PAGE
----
When we look at the goals of God’s parenting and the goals of our parenting, it becomes clear that discipline can’t be the only tool we use to bring about such change. Discipline (understood as giving punitive consequences in response to a child’s inappropriate behavior) helps children see that there are negative consequences for breaking the rules. As such, when it works, it dissuades children from future disobedience. But discipline can’t impart good study habits. Someone has to train the child to study well. Cutting off a child’s allowance doesn’t teach the child to wisely navigate sibling conflict. Taking away driving privileges doesn’t teach a child how to express his frustration without disrespecting his parents.
If we’re going to help parents with parenting, it’s important for us to help them consider what God does as He changes us from disobedient children to mature disciples of Christ. For example, when we sin, He forgives us. When we are weak, He shows us mercy and gives us grace (Heb. 4:16). He is slow to anger, abounding in love (Exod. 34:6). He equips us (1 Cor. 12:7; Heb. 4:12). His expectations are in line with our abilities (Ps. 103:13–14; 1 Cor. 10:13). And He puts us in a context (the body of Christ/local church) in which we can have support and opportunities to do the things He has prepared in advance for us to do (Eph. 2:19–21).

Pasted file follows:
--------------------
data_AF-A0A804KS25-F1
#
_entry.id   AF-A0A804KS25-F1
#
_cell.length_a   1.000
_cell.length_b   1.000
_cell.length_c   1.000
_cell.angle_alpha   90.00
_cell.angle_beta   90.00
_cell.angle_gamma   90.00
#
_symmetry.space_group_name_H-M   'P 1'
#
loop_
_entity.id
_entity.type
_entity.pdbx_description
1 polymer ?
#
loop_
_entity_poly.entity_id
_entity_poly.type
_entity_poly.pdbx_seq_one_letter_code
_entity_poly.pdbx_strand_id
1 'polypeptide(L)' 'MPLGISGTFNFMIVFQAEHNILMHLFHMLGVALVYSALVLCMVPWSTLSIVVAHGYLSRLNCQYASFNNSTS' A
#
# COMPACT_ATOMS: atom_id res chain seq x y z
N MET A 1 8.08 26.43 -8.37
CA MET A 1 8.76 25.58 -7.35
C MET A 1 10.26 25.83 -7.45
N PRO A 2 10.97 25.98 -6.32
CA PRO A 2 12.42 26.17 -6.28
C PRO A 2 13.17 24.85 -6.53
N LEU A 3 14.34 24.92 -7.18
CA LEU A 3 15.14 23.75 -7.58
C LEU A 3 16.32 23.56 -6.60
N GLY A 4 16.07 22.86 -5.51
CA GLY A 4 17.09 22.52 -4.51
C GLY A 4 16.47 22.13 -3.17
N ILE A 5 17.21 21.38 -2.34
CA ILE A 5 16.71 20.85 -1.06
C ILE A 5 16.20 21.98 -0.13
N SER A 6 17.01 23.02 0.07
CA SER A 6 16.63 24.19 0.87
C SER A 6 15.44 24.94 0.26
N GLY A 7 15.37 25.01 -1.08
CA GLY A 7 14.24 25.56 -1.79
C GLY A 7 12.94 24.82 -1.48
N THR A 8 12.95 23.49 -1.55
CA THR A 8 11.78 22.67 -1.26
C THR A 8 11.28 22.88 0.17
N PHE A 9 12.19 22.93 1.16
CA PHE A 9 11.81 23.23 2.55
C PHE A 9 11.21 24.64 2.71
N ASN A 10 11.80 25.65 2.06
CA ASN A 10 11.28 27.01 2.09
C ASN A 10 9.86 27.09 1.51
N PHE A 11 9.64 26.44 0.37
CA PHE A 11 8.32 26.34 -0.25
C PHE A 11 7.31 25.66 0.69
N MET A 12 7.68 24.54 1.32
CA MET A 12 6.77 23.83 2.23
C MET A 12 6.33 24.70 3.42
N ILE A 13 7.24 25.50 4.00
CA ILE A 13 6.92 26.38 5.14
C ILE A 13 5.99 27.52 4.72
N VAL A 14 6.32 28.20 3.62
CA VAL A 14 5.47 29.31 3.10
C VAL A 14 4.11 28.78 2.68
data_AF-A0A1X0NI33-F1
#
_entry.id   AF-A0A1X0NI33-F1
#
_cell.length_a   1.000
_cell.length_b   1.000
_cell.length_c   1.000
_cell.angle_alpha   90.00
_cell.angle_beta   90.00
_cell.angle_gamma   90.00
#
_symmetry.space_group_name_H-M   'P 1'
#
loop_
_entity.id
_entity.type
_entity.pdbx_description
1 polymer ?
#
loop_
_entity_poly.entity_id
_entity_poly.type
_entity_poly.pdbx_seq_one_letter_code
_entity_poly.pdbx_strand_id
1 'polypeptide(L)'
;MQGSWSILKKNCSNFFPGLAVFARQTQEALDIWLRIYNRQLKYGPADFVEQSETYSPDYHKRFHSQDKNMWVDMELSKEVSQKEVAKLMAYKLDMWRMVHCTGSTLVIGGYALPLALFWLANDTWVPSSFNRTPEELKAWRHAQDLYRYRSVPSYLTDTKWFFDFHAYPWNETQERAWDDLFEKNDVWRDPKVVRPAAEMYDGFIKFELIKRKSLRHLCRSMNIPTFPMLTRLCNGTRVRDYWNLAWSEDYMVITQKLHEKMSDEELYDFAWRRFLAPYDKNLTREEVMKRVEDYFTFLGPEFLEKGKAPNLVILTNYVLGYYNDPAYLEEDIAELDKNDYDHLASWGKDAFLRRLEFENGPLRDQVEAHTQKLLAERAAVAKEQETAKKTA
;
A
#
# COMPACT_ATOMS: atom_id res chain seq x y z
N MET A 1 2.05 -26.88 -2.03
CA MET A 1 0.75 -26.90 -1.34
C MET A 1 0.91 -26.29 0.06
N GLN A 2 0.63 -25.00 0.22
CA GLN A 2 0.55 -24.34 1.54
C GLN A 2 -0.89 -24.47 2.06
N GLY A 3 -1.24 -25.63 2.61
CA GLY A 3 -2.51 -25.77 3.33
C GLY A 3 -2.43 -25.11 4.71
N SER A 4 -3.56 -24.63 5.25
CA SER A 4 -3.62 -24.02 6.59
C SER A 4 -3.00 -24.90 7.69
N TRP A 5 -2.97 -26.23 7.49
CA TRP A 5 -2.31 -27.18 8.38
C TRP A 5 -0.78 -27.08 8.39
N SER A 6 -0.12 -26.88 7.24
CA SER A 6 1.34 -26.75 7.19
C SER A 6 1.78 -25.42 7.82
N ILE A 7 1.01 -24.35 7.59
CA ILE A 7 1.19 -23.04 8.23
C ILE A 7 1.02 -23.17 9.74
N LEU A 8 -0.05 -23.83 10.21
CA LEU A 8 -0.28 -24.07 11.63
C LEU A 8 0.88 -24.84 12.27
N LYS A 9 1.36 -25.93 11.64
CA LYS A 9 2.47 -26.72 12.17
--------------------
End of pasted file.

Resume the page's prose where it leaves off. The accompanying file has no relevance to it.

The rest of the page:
When we help parents see the various approaches God uses to change us, it helps them see the wisdom in emulating God’s diverse approach to parenting us. If they don’t, parents risk wrongly concluding that what the Bible says about parenting doesn’t work. However, when we encourage parents to model God’s parenting, they’ll discover that their options for responding to a child’s disobedience abound.
3 suggestions for parents of disobedient children
So how do we answer the question, What do I do with my son, who doesn’t listen?
Encourage parents to become aware of how God parents us